Jasper Johns uttered that famously to-the-point statement of aesthetics, but it could just as easily apply to the work of French-born artist Arman, who's the subject of the sweeping retrospective "Arman: The Passage of Objects," now at the Boca Raton Museum of Art.
Arman's objects of choice are varied: musical instruments, coffee pots, chairs, spoons, paint tubes, bicycles. And his techniques for dealing with these objects are equally diverse. In some cases, he simply accumulates large quantities of particular items. Sometimes, he slices the objects into pieces. Other times, he smashes or burns them or fires paint at them. And for some pieces, he makes use of various combinations of these techniques.
Near the beginning of the show, which includes more than a hundred works, we see the sometimes astonishing processes to which the artist subjects musical instruments. Concert for Four Pianos (1998), for example, consists of a series of four baby-grand pianos. The first is whole, the second has been cut in half, the third is in quarters, and the fourth is reduced to eight segments.
For Violoncello Brûlé (1969), Arman has burned and smashed a cello almost beyond recognition, then embedded the fragments in a large, freestanding slab of plexiglass. The Big Sax (1976) consists of more than a dozen saxophones that have been soldered together in one big cluster. And for The Three Crosses (1983), fragmented, burnt cello parts have been affixed to a large wooden panel; you can actually catch a faint whiff of the charred wood from across the gallery.
It's vaguely disturbing to see such normally revered objects -- symbols of Western culture -- treated with such violence, which is part of the point. Arman is disrupting our usual relationship with the instruments and making us see them in other ways, especially as pure form. In the show's catalog, he refers to some of these pieces as the colère, or tantrum, series, although he also insists: "I was never really angry when smashing an object. It was more like a judo move than an enraged outburst."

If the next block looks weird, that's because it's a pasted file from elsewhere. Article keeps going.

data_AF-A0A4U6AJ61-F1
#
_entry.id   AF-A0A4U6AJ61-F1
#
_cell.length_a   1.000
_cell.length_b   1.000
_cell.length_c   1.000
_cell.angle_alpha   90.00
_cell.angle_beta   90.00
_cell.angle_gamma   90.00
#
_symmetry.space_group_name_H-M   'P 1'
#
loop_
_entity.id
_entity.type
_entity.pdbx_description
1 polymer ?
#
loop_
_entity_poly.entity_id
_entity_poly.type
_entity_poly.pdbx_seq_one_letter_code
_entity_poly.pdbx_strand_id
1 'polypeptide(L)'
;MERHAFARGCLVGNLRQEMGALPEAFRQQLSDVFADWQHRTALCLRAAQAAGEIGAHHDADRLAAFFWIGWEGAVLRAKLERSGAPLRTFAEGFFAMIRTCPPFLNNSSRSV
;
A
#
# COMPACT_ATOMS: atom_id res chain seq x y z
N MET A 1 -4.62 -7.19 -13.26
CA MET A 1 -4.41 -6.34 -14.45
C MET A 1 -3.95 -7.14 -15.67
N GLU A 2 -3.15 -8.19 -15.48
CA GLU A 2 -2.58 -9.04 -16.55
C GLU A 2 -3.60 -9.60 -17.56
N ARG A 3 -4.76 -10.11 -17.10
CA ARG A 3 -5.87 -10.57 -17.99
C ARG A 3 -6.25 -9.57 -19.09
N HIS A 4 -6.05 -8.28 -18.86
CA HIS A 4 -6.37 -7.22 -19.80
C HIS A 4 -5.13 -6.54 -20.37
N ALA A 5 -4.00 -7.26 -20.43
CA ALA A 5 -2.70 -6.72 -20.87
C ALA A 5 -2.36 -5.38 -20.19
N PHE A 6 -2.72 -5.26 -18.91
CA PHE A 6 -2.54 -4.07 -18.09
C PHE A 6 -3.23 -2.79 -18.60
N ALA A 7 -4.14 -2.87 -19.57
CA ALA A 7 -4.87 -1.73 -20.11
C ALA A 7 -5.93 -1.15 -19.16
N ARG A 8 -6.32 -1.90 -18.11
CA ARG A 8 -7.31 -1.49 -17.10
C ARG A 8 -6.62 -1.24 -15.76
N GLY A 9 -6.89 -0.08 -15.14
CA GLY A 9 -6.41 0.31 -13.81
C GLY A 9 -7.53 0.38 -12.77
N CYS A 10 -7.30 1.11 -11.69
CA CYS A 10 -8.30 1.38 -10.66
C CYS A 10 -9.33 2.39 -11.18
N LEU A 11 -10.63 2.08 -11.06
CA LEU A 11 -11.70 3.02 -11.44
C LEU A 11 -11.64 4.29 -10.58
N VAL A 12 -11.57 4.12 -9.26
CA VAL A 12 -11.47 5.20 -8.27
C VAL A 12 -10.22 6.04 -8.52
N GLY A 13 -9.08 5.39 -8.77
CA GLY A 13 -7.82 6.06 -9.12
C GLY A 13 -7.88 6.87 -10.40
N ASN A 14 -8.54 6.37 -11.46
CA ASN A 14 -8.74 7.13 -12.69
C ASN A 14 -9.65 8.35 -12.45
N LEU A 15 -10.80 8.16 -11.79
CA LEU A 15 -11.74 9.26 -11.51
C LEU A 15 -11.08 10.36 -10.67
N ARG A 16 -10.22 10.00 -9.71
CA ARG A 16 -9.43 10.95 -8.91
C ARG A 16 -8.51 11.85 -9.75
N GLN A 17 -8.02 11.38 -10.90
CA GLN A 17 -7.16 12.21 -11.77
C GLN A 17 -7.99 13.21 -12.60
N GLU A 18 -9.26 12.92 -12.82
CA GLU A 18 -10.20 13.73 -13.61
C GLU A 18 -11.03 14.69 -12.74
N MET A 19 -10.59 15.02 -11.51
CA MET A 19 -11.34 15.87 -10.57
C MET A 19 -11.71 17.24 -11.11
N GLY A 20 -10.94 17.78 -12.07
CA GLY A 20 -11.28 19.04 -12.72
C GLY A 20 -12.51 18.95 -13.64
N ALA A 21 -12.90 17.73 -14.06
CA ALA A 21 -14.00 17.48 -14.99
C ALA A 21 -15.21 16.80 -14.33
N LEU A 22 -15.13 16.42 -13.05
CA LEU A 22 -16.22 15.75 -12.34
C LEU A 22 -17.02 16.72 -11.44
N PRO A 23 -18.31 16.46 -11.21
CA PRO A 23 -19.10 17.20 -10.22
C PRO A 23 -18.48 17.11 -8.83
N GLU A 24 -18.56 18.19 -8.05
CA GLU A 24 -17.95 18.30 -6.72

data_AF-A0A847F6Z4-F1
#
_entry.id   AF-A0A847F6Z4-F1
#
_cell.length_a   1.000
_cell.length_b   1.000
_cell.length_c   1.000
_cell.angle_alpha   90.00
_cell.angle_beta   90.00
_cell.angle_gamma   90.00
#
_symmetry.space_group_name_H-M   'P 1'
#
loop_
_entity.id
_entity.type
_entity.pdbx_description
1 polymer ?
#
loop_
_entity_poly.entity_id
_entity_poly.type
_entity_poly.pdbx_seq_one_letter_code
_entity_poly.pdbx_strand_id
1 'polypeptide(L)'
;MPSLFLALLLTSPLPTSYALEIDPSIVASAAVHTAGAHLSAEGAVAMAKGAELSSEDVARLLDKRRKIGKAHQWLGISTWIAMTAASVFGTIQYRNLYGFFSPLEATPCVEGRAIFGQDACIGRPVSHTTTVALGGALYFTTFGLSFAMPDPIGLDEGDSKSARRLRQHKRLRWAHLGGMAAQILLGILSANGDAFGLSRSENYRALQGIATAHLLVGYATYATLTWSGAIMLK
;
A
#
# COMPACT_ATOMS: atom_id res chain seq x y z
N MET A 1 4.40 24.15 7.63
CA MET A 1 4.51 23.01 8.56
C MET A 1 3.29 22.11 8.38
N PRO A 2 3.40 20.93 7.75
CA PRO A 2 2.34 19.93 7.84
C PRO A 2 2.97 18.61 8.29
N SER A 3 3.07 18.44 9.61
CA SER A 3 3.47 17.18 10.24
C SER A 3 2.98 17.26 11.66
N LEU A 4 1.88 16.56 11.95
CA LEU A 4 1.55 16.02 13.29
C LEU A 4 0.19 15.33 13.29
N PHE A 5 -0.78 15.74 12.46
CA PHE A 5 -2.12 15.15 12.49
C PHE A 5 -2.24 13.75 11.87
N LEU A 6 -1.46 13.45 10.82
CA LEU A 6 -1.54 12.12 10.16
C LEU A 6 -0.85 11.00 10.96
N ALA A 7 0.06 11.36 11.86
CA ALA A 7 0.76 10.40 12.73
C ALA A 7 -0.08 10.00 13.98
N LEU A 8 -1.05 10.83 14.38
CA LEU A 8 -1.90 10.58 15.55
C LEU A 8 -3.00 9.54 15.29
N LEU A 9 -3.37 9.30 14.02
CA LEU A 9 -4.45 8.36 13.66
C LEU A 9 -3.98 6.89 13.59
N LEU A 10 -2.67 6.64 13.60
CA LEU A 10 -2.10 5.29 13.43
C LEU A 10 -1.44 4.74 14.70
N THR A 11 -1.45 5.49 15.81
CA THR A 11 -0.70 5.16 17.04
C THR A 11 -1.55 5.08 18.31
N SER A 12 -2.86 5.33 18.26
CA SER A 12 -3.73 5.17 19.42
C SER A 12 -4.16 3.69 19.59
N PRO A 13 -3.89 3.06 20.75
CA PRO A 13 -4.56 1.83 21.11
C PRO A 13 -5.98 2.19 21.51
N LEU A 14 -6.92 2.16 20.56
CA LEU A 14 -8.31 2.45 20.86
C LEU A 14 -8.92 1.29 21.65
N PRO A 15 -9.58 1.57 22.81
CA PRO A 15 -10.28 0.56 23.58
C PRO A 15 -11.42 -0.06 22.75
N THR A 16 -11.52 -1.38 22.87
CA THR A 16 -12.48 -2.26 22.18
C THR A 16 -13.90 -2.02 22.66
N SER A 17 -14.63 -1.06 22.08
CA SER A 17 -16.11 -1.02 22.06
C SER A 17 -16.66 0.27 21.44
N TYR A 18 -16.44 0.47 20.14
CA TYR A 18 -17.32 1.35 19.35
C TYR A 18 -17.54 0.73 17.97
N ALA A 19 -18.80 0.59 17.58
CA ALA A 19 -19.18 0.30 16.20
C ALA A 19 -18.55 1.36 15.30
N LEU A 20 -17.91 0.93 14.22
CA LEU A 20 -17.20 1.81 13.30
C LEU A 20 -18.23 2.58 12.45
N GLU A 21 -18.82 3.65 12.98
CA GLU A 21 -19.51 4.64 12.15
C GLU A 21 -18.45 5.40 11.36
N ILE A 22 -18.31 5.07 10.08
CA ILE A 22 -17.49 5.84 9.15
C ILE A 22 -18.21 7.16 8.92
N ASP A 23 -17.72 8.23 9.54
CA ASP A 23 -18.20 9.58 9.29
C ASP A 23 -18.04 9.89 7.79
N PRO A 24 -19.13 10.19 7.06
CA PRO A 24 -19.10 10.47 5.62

Gallery after gallery showcases the seemingly endless inventiveness Arman applies to his objects. Things are taken apart and immersed in cement or embedded in blocks of industrial plastic. Metal items are soldered together into imposing chunks. A bronze sculpture of a man is dissected, then merged with a variety of faucets and shower heads and hoses. An ordinary metal garbage can is sealed, its contents intact, with a layer of transparent plastic. Eighty identical coffee pots are displayed in a metal case. A double bass is taken apart and reconfigured as an armchair.
For his Atlantis series, Arman piles bronze objects together and corrodes their surfaces to make them look as if they've survived thousands of years submerged in the ocean. Octopus (1990) is a pile of such artificially aged telephones. Total Abandon (1991) is a pair of intertwined bronze armchairs that look like something retrieved from the Titanic.
One of Arman's most unusual techniques is to arrange objects in what he calls cascades. A 1995 piece called Slow Motion creates a sense of movement by taking 11 identical bicycles and bolting them together, so that they seem to spill from the wall and onto the floor. More Cinderellas (1997) applies the same technique to silvery, open-toed women's shoes, which form a gaudy fake waterfall from wall to floor.